||Farmer CG. Parental Care: The Key to Understanding Endothermy and Other Convergent Features in Birds and Mammals. Am Nat. 2000 Mar 155(3):326-334. DOI: 10.1086/303323 p.328 left column 2nd paragraphPubMed ID10718729
||Shine, R. 1991. Influence of incubation requirements on the evolution of viviparity. Pages 361–369 in D. C. Deeming and M. W. J. Ferguson, eds. Egg incubation: its effects on embryonic development in birds and reptiles. Cambridge University Press, Cambridge.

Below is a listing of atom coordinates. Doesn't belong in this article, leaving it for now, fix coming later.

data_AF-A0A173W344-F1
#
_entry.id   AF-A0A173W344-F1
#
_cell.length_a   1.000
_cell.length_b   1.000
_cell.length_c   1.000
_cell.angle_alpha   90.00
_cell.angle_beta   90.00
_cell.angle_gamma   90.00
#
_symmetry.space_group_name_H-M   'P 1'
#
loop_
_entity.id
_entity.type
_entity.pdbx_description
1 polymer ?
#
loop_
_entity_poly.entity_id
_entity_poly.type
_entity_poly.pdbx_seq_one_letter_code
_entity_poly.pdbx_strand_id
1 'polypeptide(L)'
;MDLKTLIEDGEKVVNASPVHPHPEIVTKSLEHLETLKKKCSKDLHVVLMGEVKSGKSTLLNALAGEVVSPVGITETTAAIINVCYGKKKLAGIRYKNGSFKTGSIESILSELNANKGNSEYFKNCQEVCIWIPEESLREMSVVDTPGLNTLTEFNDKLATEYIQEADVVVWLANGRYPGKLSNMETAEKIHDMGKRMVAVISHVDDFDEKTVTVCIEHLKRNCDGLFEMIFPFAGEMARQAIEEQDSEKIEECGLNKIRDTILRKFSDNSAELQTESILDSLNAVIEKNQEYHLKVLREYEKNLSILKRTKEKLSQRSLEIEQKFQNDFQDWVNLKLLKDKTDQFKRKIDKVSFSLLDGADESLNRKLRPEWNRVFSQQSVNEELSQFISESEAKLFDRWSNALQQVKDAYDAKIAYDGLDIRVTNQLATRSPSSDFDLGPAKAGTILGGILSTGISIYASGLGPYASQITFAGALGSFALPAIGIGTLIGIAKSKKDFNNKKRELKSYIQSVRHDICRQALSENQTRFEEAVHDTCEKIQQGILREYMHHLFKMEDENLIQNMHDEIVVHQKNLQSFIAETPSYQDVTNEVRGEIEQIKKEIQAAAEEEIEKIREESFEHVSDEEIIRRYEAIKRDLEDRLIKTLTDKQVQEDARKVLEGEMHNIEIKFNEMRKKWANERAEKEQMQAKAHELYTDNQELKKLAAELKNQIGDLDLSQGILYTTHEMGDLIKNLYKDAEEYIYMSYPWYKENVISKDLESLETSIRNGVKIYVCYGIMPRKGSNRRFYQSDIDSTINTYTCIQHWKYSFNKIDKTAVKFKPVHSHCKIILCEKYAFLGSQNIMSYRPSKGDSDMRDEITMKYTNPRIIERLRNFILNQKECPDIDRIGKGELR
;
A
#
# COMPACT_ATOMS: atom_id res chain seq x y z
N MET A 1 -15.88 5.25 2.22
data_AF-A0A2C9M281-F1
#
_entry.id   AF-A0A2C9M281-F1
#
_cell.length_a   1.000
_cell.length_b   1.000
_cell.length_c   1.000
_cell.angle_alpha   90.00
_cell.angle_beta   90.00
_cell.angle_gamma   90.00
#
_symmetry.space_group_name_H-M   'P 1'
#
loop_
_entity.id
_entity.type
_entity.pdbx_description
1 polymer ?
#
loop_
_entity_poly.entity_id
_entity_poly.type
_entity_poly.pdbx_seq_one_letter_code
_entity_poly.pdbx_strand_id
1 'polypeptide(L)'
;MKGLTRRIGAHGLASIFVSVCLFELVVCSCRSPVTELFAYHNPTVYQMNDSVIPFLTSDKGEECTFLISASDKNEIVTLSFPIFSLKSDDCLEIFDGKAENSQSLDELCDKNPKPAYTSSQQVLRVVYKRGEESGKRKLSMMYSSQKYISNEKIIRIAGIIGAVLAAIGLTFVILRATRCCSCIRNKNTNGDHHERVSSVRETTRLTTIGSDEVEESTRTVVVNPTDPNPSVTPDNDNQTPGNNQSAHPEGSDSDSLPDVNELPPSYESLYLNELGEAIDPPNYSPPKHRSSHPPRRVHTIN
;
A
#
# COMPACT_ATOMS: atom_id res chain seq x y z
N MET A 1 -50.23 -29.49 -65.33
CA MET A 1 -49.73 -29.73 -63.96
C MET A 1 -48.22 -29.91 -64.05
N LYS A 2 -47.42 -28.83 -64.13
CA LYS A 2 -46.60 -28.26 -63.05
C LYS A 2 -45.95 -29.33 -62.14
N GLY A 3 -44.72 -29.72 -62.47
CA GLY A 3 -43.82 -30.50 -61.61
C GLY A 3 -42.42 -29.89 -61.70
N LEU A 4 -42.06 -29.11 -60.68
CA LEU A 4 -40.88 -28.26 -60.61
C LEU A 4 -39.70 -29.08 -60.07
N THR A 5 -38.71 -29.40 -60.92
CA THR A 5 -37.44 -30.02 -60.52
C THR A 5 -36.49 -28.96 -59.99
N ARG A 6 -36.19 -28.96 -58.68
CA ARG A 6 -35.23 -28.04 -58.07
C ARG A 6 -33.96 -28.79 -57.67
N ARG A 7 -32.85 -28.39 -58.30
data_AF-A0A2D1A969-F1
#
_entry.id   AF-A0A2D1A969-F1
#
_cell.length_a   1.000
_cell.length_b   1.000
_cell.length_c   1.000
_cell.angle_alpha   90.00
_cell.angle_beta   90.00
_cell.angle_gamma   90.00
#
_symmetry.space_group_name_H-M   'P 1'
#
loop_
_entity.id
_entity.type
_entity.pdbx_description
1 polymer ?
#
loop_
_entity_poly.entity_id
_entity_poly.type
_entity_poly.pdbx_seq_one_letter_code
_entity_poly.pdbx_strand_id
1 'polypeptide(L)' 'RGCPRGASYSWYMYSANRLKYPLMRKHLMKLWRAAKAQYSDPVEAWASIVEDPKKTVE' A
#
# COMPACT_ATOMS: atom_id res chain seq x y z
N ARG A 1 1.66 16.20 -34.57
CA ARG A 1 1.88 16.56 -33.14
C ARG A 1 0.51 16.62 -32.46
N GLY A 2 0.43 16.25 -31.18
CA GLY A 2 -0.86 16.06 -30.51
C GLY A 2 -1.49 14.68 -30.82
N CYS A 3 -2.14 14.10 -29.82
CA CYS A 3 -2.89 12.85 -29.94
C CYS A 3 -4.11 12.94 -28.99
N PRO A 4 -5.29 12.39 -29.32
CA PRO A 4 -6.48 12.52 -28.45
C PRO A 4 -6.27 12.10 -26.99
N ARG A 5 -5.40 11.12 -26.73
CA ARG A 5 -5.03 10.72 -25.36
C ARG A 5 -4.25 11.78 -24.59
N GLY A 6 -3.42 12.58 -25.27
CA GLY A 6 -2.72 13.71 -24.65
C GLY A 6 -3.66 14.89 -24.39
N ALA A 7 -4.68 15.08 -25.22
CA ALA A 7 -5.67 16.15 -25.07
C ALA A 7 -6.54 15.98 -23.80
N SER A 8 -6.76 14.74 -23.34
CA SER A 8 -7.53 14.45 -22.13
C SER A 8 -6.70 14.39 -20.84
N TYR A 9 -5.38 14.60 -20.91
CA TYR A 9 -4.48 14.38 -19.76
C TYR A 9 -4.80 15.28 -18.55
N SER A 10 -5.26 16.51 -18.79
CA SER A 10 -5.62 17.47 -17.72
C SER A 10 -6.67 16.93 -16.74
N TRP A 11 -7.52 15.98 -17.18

||P.328 left column 2nd paragraph: "In some lizards, snakes, and ants, adults provide heat to developing embryos by basking in the sun and then returning to the nest to transfer the warmth from their bodies to their young (Shine 1988 Hölldobler and Wilson 1990). Some lizards and ants also regulate developmental temperature by transferring their eggs to different depths of the nest (Shine 1988 Hölldobler and Wilson 1990). Furthermore, in lizards and snakes natural selection for females that can behaviorally control incubation temperature has been an important selective factor in the evolution of viviparity (retainment of embryos internally: Guillette et al. 1980 Guillette 1982 Shine 1985, 1989). Apparently there is strong selection for this trait, as viviparity has evolved independently approximately 100 times within squamate reptiles (lizards and snakes primary source)."